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The following gallery of graphs demonstrate the care GrafEq takes while producing graphs. Interested GrafEq users can generate portions of the graphs at any resolution using GrafEq. We invite users of other graphing packages to try some of the graphs as well...

“Spike” graph Spike
This demonstrates a shortcoming of any simple sampling method. The abrupt vertical asymptote in the graph is missed by many graphing programs, although zooming into the asymptote will reveal it. (But you have to know it is there first!)
“Circular Spike” graph Circular Spike
Similar to Spike, but more convincing for some, since there is a natural view which causes problems for many graphing techniques. Zooming into an “asymptote” will cause other details to leave the view.
“Densely (<i>un</i>)<i>Defined Function</i>” graph Densely (un)Defined Function
A graph of the function xx; although the graph does not immediately appear to be a function, closer examination will reveal its true nature. Most graphing programs do not define the exponential function for negative bases.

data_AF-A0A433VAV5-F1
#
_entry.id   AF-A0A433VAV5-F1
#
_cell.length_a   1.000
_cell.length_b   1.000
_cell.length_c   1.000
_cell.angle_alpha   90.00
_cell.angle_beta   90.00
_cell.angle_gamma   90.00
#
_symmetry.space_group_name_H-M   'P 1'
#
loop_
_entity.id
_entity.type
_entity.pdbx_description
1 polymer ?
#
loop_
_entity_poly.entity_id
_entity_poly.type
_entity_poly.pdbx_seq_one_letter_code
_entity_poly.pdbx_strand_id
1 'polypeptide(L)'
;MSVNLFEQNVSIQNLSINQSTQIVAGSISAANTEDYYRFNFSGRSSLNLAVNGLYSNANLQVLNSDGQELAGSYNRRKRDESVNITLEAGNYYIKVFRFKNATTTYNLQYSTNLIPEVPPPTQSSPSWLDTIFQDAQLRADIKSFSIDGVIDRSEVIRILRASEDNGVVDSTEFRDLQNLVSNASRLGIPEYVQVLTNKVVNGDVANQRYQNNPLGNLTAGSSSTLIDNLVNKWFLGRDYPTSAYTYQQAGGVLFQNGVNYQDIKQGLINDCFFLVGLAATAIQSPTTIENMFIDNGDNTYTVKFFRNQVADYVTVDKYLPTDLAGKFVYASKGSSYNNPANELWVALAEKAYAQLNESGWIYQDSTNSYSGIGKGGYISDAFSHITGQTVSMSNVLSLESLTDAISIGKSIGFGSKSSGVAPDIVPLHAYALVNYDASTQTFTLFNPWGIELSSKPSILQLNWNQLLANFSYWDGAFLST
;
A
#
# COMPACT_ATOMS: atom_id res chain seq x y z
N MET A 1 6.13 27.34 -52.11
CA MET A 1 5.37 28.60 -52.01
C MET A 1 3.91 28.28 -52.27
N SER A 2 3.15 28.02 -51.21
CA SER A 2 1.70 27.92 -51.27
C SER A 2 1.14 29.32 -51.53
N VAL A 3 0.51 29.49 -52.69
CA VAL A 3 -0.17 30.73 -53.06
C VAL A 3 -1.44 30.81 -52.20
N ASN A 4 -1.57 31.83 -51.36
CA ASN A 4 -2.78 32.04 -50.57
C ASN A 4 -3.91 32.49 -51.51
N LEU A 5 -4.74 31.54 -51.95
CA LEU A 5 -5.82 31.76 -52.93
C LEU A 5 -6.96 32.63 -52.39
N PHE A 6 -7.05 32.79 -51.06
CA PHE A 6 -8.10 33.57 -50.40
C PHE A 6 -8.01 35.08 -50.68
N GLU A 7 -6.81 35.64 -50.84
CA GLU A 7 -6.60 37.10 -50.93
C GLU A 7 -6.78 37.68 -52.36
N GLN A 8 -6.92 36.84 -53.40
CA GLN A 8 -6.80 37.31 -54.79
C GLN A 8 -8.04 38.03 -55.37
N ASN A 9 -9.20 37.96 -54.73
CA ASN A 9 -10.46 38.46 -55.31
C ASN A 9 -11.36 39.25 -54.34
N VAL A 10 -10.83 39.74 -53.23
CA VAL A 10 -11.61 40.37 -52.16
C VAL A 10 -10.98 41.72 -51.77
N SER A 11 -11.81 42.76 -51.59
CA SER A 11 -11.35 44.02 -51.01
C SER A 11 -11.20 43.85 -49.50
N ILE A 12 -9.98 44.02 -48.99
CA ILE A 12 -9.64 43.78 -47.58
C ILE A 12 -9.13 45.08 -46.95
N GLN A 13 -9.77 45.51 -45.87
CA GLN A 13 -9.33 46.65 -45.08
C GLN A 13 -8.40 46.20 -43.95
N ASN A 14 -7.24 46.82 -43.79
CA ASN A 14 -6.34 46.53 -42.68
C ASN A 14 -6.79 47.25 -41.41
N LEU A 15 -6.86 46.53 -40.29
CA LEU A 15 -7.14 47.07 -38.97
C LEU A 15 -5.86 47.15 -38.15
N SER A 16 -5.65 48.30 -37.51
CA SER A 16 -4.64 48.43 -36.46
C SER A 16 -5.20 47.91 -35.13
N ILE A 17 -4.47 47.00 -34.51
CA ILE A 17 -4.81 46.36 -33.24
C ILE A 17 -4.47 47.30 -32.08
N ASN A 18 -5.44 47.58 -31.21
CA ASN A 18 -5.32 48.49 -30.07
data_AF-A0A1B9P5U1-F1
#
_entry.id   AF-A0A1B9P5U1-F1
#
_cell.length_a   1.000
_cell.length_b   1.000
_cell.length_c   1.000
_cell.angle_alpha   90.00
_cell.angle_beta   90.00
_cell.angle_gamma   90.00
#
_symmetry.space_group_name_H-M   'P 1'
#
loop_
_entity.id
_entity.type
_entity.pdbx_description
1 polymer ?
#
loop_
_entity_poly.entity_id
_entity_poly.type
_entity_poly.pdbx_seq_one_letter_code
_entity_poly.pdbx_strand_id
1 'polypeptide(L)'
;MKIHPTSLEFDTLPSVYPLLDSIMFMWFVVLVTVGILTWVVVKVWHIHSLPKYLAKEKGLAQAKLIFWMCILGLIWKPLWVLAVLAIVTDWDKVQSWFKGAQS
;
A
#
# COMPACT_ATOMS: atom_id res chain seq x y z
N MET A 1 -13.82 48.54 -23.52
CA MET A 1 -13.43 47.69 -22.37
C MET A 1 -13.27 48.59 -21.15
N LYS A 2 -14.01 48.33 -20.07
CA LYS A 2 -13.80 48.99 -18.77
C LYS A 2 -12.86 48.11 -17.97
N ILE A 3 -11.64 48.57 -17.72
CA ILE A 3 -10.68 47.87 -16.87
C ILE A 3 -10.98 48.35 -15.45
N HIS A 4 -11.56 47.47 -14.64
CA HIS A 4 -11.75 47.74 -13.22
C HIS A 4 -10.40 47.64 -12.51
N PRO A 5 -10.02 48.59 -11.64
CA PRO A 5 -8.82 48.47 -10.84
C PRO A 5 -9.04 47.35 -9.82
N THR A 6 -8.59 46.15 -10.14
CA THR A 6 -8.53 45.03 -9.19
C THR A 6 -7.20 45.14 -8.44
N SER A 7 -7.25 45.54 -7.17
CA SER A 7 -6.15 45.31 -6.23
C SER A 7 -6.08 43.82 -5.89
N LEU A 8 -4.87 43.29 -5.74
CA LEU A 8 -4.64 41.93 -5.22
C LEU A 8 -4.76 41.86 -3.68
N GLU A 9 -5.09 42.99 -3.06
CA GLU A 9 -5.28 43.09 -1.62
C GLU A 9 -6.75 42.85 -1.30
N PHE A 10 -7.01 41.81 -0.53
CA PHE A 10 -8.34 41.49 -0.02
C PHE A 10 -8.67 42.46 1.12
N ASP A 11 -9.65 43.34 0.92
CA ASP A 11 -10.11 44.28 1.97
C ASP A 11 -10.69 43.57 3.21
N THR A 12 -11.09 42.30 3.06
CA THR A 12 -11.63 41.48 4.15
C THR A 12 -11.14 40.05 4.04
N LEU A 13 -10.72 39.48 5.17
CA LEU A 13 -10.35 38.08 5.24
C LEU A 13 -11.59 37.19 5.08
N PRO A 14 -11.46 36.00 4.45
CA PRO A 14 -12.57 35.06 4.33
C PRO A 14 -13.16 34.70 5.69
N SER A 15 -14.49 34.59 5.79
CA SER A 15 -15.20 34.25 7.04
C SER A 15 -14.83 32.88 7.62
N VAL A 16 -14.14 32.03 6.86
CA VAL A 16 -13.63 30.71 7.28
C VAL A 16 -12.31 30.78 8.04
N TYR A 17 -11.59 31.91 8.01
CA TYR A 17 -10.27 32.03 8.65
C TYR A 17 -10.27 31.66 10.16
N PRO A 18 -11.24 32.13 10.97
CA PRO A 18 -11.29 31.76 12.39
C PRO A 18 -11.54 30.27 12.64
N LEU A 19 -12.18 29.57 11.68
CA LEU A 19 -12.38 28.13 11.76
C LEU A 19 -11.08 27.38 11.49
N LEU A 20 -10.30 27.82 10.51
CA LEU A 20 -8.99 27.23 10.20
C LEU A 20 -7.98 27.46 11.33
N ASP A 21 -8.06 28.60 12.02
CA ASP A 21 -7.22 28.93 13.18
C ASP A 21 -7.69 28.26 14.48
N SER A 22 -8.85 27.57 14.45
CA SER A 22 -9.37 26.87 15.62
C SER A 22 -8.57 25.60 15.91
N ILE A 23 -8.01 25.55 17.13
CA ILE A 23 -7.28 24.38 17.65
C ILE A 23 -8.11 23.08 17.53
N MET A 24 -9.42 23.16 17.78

“Solid Disc” graph Solid Disc
This graph demonstrates how to convert an implicit relation into an equivalent implicit equation. Common belief that “equation = line-like, inequality = area-like” is refuted by this graph. Many graphing programs base their techniques on this erroneous common belief.
“Partial Inequality” graph Partial Inequality
Correct graphs of inequalities involving partial functions are likely only if partial functions are carefully handled. A graph of the area beneath the square root is shown here.
“Infinite Frequency” graph Infinite Frequency
A common graph, of interest to students of introductory calculus. Not as difficult to handle as Spike, since its change in frequency is smooth—yet many graphing programs still generate misleading graphs for this function.
“Smooth Step” graph Smooth Step
Here is a graph of a continuous function that approximates a step function. Programs that can draw discontinuous functions might misclassify (and thereby misdraw) this sort of function.
“Wave” graph Wave
The function (sinx)/x can be problematic for some graphing techniques for x near zero. A GrafEq graph of y=(sinx)/x is shown.
Any other troublesome graphs out there? We would be glad to try out and put up here, even if GrafEq graphs them incorrectly. There are graphs that GrafEq has trouble with—can you find them?